Terminator: Dark Fate
By Justin Waters
Oh Terminator franchise how you’ve lifted me beyond this physical plane and given me inspiration to dream beyond myself and how you’ve sent me crashing into the muck with the weight of disappointment yoked around my neck.
One of my earliest memories, if not my earliest, is of my sweet mom taking me to see Terminator 2: Judgement Day at our small local theater. I remember watching Sarah Connor lower the Terminator into molten metal; his hand, curling into a thumbs up in the final seconds of his destruction. I remember sobbing in that uninhibited way children can. I don’t think I watched the rest of the movie, I could not, I was inconsolable. My mom led me out of the theater by hand. I remember looking up at the adults towering over me like giants. Their faces smiling at this naked outpouring of emotion over a movie. It was in that moment I decided movies would be my life and it has never changed. In short, I know Terminator and it is very fucking important to me….and I have been so let down. I have no idea what has happened with this franchise
What is wrong with these movies? What makes them so difficult to do even moderately well? No other example of a film series comes to mind so slavishly dedicated to the minutiae of previous entries; I’m looking at you Terminator Salvation. No, I do not care where Reese learned to tie a shotgun around his shoulder and that after all this time John Connor still only listens to Appetite for Destruction on tape. The Terminator series has been dedicated to a single mission; wiping out the message and themes the first two Terminators were built on; all that “no fate but what you make” stuff? Fuck it, let us end every movie with a nuclear explosion because it was not the future that was inevitable, turns out it was the Hollywood money making machine. In a way it is the same as that first night I saw Terminator 2; I’m still leaving the theater with tears in my eyes.
So here comes Terminator: Dark Fate and my excitement is high. Linda Hamilton is back as Sarah Connor. She’s got a badass haircut and she is ready to right the wrongs of a franchise that decided its best character and emotional core could die off-screen from cancer–Sarah Connor dying from cancer is like Muhammad Ali losing his last fight from a stubbed toe. Sure, maybe Linda Hamilton’s absence in the previous films had more to do with the end of her marriage to James Cameron over an affair with a woman he later married–a sequence repeated so often that it should be called a Cameron Honeymoon, but still, cancer is a lame way of ending one of the greatest action heroes of all time.
No you don’t get it Sarah! If it kills you it won’t know what to do. It’ll start a loveless marriage with a woman. It’ll get a job and move into the middle class. It’ll spend weekends drinking beer and watching TV. It’ll grow a conscience! Its life will be boring Sarah! So very boring. We can’t let that happen. I won’t let that happen.
More importantly the man himself has control of the franchise once again. That’s right, Deepsea Jim himself, James Cameron is back at the helm and ready to show everyone how you do a fucking Terminator movie.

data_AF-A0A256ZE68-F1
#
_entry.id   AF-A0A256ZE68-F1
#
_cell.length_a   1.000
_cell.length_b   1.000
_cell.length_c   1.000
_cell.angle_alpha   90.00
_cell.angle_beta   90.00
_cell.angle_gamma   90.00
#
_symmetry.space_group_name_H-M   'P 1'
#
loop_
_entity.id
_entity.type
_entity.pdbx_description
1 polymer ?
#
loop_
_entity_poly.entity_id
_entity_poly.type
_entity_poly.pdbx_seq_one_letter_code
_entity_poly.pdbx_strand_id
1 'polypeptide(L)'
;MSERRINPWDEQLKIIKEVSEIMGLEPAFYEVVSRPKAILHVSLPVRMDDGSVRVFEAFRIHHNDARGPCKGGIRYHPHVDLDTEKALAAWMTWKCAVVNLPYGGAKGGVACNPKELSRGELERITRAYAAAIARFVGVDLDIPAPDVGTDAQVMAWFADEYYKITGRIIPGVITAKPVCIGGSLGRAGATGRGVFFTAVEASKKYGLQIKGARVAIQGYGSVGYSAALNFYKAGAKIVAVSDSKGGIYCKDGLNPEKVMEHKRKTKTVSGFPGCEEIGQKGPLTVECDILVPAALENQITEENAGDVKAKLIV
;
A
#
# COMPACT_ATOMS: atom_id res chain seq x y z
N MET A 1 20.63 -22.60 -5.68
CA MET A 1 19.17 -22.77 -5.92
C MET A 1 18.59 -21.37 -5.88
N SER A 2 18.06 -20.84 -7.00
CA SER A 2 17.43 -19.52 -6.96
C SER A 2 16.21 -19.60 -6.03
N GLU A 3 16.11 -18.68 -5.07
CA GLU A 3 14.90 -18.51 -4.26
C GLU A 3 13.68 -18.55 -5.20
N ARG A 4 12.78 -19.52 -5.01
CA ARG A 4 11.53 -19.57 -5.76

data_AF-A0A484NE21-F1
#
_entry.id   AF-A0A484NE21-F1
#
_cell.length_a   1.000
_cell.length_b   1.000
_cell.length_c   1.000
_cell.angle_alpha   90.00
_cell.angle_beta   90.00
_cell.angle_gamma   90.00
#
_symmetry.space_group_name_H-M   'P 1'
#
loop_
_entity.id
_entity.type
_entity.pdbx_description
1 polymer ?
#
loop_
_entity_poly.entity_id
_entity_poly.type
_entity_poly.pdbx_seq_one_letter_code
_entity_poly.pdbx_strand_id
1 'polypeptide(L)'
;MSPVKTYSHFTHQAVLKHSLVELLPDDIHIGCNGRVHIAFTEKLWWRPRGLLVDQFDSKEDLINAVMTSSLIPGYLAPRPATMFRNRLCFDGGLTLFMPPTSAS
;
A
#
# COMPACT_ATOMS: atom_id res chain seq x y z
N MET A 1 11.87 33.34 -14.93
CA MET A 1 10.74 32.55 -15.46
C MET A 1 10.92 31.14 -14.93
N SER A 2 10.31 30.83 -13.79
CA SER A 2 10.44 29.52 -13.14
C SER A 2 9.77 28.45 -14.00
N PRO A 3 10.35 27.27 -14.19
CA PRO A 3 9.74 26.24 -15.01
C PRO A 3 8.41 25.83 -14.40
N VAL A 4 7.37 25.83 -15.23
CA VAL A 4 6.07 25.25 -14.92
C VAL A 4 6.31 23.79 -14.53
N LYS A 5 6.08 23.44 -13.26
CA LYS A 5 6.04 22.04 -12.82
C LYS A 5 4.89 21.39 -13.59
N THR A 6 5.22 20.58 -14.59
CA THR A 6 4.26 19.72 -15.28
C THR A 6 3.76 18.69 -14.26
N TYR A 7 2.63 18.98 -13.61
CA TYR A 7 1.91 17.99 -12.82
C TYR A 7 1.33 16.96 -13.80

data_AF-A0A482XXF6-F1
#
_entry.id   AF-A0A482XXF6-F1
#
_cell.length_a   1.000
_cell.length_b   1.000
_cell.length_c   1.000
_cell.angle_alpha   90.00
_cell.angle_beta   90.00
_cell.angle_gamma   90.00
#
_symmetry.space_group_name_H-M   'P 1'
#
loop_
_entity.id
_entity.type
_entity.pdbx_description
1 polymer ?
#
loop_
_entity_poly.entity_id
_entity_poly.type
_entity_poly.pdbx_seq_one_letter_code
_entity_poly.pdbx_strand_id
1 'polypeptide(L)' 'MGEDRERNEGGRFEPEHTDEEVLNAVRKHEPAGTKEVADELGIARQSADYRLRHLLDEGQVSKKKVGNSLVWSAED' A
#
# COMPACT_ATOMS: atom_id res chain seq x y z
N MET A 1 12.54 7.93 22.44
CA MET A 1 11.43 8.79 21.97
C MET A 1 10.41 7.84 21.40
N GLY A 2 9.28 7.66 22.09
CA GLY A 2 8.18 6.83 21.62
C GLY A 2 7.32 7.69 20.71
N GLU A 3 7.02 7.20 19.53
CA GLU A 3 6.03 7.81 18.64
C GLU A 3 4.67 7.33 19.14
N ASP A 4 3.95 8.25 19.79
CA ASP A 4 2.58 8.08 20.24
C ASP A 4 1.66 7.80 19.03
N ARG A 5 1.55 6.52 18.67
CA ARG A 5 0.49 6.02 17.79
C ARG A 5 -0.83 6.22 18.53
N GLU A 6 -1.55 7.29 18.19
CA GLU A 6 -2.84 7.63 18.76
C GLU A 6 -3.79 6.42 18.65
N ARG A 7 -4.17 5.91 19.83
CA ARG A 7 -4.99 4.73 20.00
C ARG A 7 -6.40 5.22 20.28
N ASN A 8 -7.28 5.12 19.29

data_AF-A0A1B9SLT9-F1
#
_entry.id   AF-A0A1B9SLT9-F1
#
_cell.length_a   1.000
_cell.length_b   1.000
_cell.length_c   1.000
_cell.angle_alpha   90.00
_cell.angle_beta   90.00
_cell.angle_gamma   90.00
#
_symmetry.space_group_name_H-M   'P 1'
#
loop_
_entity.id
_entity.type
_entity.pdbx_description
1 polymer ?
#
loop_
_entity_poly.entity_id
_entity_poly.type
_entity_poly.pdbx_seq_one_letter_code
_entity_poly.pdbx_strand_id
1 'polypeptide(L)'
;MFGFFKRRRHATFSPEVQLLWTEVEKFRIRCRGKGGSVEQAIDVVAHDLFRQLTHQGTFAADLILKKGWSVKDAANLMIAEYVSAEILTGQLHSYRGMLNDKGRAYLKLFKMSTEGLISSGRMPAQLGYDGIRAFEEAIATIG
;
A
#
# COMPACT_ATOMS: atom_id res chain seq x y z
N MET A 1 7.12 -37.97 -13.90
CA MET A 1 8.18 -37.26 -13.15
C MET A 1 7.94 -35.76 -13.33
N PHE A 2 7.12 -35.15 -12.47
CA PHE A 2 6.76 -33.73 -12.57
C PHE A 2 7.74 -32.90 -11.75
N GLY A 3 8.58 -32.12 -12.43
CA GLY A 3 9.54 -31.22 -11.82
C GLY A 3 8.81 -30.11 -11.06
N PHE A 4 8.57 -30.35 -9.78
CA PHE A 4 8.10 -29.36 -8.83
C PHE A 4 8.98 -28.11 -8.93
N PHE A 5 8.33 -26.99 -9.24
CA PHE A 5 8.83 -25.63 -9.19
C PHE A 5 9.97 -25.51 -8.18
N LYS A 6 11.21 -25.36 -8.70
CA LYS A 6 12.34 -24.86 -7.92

I get why a lot of people do not like James Cameron. He is an arrogant asshole who does not give a shit what you think of him. But you know what? He has earned it and I defend him. I mean this is the director who not only made T1 and T2 but Aliens and True Lies as well. He perfected surround sound with Terminator 2 and forced theaters to adopt it leading to a revolution in sound quality championed by none other than Oliver Stone (heard in his commentary track for Platoon). He kick started the CGI craze with an entire character, the T-1000, made entirely with digital effects. An idea that everyone said he was crazy to adopt. David Lynch talks about the perfection of the T-1000’s morphing ability when discussing how he wanted to handle similar scenes in Lost Highway. When artists as diverse as Oliver Stone and David Lynch find inspiration in the work of someone it means something.
Cameron knows how to craft a powerful action story with heart and intelligence. Never count him out. No one has ever taken on projects so daunting and pulled them back from the brink of defeat to turn them into cultural hallmarks. He has won eleven Oscars with a weepy melodrama that everyone would have sworn was a career killer. He has gone to the bottom of the ocean just to dick around. I cannot think of a single thing that he cannot…what is that you say? He is…he is not directing? Well who is directing? Tim…Miller? Who? (checks IMDb) The guy who made Deadpool and…nothing. Just, just Deadpool. Hey, it is okay, a Cameron script is simple. That is the power of it really. Simple concepts, powerful ideas, strong characters, but all written out fluidly with a strong sense of structure and vision. Deadpool was good enough that I bet this Miller guy can take a Cameron script and–*checks the writing credits*–STORY BY!!! BASED ON THE CHARACTERS CREATED BY!!!!! No writing credit???? Who wrote this thing? Three listed writers, five listed story by credits. No! NO! NO! NO! NO! NO! NO! NO! NO! NO! NO! Not again. Not again. Do you know how much shit I have taken for you Jim? How many times I have stood up to my indie movie friends and said you should be taken seriously as an artist? How many blu-rays of yours I have purchased? How many posters? Toys? Do you know what it does to my reputation when I look people in the eye and tell them that I do not think Titanic is as bad as they remember? This is a big one. This one is important. Dont. Fuck. Me. On. This. Jim…….please!